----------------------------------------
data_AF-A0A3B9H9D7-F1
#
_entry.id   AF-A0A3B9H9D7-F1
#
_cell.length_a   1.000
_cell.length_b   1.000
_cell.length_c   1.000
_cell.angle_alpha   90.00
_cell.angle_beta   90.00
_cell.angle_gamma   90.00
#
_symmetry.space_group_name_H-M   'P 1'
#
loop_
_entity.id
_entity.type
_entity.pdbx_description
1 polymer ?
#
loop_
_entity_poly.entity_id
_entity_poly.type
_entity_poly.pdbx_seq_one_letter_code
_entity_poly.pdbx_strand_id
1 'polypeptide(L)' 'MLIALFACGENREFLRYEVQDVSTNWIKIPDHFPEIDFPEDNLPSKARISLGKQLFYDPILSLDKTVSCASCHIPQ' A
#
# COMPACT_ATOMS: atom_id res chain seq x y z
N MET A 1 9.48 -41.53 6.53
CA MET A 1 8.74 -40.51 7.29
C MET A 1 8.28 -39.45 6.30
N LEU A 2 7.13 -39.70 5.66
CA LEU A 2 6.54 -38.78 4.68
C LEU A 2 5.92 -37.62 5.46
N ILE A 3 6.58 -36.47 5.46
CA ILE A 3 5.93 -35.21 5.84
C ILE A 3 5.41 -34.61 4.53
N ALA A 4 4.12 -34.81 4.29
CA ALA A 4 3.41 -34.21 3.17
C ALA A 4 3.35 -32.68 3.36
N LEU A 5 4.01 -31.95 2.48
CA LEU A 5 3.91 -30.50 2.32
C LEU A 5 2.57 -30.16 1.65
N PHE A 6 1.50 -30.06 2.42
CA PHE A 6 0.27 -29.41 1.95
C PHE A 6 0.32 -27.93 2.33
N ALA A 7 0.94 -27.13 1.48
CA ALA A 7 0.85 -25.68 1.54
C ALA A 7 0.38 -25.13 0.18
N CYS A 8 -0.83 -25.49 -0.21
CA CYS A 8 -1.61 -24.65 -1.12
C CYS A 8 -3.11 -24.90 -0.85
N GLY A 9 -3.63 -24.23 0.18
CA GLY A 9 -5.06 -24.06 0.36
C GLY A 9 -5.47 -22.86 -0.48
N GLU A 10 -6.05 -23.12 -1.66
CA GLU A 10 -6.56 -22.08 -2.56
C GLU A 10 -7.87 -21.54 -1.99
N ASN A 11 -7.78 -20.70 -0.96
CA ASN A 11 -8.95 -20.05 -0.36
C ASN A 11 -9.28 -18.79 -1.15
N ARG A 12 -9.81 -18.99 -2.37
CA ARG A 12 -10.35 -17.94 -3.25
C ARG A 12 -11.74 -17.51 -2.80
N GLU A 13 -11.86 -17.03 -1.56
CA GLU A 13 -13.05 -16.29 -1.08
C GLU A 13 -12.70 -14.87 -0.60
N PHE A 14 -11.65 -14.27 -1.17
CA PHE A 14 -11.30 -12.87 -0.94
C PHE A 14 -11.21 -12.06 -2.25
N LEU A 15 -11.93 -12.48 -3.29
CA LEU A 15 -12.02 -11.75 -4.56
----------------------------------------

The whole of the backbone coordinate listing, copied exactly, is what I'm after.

data_AF-A0A3B9H9D7-F1
#
_entry.id   AF-A0A3B9H9D7-F1
#
_cell.length_a   1.000
_cell.length_b   1.000
_cell.length_c   1.000
_cell.angle_alpha   90.00
_cell.angle_beta   90.00
_cell.angle_gamma   90.00
#
_symmetry.space_group_name_H-M   'P 1'
#
loop_
_entity.id
_entity.type
_entity.pdbx_description
1 polymer ?
#
loop_
_entity_poly.entity_id
_entity_poly.type
_entity_poly.pdbx_seq_one_letter_code
_entity_poly.pdbx_strand_id
1 'polypeptide(L)' 'MLIALFACGENREFLRYEVQDVSTNWIKIPDHFPEIDFPEDNLPSKARISLGKQLFYDPILSLDKTVSCASCHIPQ' A
#
# COMPACT_ATOMS: atom_id res chain seq x y z
N MET A 1 9.48 -41.53 6.53
CA MET A 1 8.74 -40.51 7.29
C MET A 1 8.28 -39.45 6.30
N LEU A 2 7.13 -39.70 5.66
CA LEU A 2 6.54 -38.78 4.68
C LEU A 2 5.92 -37.62 5.46
N ILE A 3 6.58 -36.47 5.46
CA ILE A 3 5.93 -35.21 5.84
C ILE A 3 5.41 -34.61 4.53
N ALA A 4 4.12 -34.81 4.29
CA ALA A 4 3.41 -34.21 3.17
C ALA A 4 3.35 -32.68 3.36
N LEU A 5 4.01 -31.95 2.48
CA LEU A 5 3.91 -30.50 2.32
C LEU A 5 2.57 -30.16 1.65
N PHE A 6 1.50 -30.06 2.42
CA PHE A 6 0.27 -29.41 1.95
C PHE A 6 0.32 -27.93 2.33
N ALA A 7 0.94 -27.13 1.48
CA ALA A 7 0.85 -25.68 1.54
C ALA A 7 0.38 -25.13 0.18
N CYS A 8 -0.83 -25.49 -0.21
CA CYS A 8 -1.61 -24.65 -1.12
C CYS A 8 -3.11 -24.90 -0.85
N GLY A 9 -3.63 -24.23 0.18
CA GLY A 9 -5.06 -24.06 0.36
C GLY A 9 -5.47 -22.86 -0.48
N GLU A 10 -6.05 -23.12 -1.66
CA GLU A 10 -6.56 -22.08 -2.56
C GLU A 10 -7.87 -21.54 -1.99
N ASN A 11 -7.78 -20.70 -0.96
CA ASN A 11 -8.95 -20.05 -0.36
C ASN A 11 -9.28 -18.79 -1.15
N ARG A 12 -9.81 -18.99 -2.37
CA ARG A 12 -10.35 -17.94 -3.25
C ARG A 12 -11.74 -17.51 -2.80
N GLU A 13 -11.86 -17.03 -1.56
CA GLU A 13 -13.05 -16.29 -1.08
C GLU A 13 -12.70 -14.87 -0.60
N PHE A 14 -11.65 -14.27 -1.17
CA PHE A 14 -11.30 -12.87 -0.94
C PHE A 14 -11.21 -12.06 -2.25
N LEU A 15 -11.93 -12.48 -3.29
CA LEU A 15 -12.02 -11.75 -4.56